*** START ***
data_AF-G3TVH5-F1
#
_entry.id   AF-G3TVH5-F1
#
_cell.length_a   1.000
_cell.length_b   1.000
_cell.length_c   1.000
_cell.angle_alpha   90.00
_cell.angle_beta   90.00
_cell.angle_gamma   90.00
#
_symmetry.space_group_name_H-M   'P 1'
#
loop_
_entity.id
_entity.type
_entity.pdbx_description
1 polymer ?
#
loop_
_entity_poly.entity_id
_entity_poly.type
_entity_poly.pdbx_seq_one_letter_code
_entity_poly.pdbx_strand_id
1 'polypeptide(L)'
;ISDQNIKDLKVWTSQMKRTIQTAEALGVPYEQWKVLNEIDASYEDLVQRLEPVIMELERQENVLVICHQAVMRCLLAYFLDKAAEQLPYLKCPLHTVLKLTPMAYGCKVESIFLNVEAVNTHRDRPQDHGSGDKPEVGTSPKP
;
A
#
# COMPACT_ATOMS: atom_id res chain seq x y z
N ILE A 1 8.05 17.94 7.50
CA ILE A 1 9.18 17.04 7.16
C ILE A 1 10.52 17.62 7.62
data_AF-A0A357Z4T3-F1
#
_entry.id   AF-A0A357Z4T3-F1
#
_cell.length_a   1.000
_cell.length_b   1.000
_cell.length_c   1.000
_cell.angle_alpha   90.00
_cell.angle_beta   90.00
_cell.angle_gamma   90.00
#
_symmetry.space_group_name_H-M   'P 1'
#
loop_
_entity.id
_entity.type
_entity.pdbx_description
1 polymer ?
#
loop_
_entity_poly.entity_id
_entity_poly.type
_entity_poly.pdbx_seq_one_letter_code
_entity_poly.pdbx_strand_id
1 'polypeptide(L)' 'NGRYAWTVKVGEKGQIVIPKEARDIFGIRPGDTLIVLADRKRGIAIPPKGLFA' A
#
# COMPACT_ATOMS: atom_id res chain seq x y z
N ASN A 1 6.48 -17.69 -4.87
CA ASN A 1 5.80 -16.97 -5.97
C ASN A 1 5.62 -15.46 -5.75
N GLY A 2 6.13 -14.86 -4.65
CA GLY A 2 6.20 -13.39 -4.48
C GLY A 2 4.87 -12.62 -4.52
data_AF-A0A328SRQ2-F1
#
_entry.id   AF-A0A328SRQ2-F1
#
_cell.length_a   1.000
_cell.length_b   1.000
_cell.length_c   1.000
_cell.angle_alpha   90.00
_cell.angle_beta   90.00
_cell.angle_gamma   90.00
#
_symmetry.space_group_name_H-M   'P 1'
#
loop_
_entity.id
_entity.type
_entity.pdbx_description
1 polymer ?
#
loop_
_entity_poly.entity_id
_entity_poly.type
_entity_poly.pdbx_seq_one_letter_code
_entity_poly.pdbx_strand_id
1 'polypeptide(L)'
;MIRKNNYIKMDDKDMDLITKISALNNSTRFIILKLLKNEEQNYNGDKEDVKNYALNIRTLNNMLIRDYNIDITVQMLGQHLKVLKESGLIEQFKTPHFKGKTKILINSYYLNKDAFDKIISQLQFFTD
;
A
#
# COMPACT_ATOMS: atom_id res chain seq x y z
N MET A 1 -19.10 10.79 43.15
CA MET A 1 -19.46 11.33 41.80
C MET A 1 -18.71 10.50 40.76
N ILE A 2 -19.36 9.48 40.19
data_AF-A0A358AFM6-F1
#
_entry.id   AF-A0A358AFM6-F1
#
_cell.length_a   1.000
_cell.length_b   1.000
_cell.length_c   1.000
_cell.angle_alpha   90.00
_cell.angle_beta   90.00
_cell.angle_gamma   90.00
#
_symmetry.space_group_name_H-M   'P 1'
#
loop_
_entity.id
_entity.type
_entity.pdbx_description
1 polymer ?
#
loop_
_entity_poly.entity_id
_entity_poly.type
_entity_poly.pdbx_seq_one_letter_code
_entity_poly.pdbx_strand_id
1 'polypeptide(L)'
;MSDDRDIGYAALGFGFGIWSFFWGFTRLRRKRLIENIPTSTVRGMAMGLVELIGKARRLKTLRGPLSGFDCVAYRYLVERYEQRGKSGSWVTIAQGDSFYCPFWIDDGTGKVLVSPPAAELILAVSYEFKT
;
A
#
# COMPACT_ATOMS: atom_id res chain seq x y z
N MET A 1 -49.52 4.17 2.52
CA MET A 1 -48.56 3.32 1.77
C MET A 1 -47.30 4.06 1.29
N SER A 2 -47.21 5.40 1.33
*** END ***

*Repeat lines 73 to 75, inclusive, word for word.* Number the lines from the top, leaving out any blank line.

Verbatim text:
_cell.length_c   1.000
_cell.angle_alpha   90.00
_cell.angle_beta   90.00